Beacon Hill’s top three leaders, worried about the costs of hosting the Olympics in Boston, said Monday that they are formally seeking an outside consultant to independently analyze the financial impact of bringing the Summer Games to the city in 2024.
Governor Charlie Baker, House Speaker Robert A. DeLeo, and Senate President Stanley C. Rosenberg had previously said they would seek such an analysis, but on Monday provided further details as part of a formal request for proposals.
The three leaders said the consultant would be chosen by the end of April and have a report completed by July, at a cost of $250,000.
Their joint proposal seeks an independent assessment of the costs, potential revenues, funding mechanisms, insurance requirements, taxpayer risks, required infrastructure investments, and the potential responsibilities of the state, if Boston were to host the Games.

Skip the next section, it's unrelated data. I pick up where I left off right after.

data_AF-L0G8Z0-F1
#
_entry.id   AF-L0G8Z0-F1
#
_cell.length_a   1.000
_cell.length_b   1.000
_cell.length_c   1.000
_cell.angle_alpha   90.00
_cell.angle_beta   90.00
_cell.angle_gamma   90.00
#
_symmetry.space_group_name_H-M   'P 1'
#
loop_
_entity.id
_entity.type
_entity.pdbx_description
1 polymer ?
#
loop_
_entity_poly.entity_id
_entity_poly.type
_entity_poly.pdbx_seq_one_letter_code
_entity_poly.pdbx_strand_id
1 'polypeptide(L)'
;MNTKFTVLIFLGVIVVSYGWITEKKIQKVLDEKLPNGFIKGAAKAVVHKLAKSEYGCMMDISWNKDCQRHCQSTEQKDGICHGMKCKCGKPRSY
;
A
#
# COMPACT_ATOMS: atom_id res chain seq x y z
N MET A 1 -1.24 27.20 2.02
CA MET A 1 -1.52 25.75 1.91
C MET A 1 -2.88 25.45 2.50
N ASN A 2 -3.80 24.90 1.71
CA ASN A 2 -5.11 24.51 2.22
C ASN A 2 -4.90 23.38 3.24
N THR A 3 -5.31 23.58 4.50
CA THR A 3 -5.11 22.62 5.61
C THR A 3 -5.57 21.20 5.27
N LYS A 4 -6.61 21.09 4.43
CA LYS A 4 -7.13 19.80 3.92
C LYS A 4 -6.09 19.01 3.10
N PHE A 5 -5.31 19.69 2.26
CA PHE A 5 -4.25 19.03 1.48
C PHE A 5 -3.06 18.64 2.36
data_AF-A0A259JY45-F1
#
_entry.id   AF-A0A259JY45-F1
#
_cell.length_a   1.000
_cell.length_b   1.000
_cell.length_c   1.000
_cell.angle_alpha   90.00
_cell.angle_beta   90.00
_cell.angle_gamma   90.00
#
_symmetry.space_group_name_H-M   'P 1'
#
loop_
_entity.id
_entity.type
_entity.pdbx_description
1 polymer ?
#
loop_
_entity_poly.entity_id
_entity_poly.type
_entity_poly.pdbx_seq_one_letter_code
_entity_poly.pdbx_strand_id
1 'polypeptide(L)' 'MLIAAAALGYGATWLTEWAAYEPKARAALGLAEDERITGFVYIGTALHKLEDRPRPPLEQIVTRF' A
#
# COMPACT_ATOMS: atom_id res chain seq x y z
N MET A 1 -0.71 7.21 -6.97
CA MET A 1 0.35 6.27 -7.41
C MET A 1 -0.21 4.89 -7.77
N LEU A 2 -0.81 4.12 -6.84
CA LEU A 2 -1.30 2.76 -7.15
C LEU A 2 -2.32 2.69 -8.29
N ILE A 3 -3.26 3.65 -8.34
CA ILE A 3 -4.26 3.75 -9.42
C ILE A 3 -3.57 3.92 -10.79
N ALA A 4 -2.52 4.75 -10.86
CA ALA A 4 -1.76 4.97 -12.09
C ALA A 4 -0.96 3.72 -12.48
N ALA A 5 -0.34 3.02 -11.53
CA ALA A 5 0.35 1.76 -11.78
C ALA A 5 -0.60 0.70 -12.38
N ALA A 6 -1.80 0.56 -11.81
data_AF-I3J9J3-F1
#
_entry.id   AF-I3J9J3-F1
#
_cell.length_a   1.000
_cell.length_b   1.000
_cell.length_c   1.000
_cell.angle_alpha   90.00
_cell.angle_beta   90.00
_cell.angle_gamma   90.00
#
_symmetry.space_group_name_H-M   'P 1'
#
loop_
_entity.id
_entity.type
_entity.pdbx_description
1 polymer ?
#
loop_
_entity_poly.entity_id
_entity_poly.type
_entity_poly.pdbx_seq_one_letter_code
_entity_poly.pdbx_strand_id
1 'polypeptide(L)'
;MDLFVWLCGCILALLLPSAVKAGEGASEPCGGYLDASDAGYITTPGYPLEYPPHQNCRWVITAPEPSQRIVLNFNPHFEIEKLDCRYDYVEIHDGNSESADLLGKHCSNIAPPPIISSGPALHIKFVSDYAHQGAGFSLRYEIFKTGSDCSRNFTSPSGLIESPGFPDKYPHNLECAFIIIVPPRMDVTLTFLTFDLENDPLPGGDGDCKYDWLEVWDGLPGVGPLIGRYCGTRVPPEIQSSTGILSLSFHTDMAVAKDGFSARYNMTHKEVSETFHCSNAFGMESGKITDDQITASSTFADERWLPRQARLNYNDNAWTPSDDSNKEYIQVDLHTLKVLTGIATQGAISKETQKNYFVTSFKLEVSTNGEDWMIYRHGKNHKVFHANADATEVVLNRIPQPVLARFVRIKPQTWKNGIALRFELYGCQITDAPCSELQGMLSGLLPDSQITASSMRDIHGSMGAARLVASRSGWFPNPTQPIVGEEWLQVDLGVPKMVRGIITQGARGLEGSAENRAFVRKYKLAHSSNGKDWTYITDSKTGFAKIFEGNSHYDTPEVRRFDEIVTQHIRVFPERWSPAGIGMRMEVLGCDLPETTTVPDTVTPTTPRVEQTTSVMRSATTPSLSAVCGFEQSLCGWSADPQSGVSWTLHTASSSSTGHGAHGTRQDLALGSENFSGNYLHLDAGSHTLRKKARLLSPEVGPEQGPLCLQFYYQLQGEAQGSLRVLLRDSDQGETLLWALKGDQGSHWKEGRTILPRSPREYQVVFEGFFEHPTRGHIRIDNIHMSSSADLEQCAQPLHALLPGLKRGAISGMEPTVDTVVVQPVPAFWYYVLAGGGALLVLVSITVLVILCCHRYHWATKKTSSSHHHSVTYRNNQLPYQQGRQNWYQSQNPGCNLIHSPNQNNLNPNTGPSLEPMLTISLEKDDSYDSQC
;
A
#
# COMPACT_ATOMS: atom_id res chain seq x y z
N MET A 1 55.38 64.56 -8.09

“Hiring outside experts will help us ensure that Massachusetts taxpayers will be protected against raids on the public treasury to subsidize the Olympics,” Rosenberg said. “Hosting the Olympics is a great opportunity to put us on the world stage, but we can’t afford a taxpayer funded subsidy for the privilege.”
Boston 2024 has proposed a $4.7 billion operating budget, one that would be funded by Games-related revenue such as sponsorships, television broadcast rights, and ticket sales. Another $3.4 billion would be spent on nonoperating costs, primarily the athletes’ village. This portion of the budget, Boston 2024 says, would be funded through public-private partnerships. Those figures do not include public transit and security costs that would have to be paid by federal taxpayers.
Mayor Martin J. Walsh, a leading supporter of the effort to win the Games, applauded the announcement from Beacon Hill.
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